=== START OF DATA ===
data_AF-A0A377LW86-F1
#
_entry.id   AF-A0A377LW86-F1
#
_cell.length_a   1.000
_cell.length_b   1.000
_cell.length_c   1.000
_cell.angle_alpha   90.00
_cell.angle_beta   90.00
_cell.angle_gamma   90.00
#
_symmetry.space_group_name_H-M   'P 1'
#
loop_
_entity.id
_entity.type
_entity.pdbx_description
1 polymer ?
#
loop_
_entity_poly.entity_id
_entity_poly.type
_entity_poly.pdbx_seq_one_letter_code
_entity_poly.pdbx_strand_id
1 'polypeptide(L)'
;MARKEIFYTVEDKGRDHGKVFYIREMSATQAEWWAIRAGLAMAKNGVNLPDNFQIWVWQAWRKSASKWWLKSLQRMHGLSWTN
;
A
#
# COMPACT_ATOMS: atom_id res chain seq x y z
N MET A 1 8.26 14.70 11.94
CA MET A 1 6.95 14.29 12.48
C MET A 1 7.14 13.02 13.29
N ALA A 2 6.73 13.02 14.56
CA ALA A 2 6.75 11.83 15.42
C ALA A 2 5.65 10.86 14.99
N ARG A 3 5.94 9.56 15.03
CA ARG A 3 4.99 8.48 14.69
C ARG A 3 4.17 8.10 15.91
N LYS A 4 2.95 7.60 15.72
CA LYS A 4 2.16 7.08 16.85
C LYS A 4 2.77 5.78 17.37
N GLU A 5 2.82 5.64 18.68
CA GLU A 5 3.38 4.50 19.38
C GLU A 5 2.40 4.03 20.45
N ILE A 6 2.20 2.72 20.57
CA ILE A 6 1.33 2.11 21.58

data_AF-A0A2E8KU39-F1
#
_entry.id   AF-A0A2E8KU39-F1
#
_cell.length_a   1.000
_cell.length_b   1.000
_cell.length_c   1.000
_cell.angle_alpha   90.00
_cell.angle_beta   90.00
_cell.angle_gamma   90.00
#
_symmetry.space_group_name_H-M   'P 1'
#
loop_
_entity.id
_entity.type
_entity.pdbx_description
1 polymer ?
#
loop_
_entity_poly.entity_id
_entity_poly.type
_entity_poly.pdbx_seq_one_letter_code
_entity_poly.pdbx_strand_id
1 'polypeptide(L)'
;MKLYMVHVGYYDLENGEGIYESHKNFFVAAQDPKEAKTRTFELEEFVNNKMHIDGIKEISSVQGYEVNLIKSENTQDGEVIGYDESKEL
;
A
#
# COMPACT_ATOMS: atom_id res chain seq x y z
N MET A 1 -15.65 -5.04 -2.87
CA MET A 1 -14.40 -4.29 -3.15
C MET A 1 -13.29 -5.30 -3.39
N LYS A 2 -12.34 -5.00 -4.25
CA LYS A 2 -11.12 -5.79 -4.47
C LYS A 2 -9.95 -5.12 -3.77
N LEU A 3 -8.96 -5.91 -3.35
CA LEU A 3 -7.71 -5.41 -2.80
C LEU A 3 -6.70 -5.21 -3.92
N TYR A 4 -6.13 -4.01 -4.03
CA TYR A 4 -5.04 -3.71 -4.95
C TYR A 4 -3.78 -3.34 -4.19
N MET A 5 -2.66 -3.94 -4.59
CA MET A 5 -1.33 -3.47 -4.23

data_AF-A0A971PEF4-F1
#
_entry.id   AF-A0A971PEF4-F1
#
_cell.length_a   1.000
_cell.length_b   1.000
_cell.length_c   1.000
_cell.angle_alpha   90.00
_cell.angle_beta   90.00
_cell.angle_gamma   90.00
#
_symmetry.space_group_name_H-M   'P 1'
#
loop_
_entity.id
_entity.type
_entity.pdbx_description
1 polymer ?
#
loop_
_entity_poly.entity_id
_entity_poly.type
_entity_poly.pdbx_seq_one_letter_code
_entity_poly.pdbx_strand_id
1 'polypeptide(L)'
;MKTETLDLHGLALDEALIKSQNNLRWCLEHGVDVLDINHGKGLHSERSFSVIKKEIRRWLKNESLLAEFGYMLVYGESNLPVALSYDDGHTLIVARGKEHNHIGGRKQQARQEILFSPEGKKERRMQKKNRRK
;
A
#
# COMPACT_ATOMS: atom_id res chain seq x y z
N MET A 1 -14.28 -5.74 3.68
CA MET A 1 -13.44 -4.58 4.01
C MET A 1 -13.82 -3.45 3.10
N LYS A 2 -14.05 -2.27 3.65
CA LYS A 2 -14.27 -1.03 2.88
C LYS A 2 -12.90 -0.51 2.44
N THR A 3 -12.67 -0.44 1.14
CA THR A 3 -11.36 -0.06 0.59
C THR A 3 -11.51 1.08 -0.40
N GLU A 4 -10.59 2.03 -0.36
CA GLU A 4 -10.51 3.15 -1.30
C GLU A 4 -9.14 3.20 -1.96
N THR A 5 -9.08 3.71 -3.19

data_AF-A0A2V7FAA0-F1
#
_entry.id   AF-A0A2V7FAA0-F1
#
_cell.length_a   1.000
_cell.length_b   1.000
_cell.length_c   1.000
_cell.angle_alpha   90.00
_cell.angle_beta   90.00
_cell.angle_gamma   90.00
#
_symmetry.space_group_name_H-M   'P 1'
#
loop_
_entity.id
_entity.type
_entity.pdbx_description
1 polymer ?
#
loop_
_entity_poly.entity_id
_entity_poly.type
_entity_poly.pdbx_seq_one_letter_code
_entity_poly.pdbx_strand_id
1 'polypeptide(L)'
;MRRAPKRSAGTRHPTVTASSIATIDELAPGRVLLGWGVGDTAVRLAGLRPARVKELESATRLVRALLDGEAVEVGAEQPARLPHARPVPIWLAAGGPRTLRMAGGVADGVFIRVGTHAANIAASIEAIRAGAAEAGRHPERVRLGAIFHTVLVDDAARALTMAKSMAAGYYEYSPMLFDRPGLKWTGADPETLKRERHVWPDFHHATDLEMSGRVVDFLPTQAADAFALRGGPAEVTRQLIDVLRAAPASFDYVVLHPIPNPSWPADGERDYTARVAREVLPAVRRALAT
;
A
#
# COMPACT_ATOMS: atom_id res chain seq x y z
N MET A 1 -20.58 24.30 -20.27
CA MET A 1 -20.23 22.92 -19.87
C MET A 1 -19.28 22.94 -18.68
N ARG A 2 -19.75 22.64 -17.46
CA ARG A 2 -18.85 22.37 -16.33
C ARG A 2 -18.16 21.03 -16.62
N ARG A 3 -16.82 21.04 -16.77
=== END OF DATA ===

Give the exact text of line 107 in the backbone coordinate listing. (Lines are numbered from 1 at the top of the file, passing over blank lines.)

_entity.type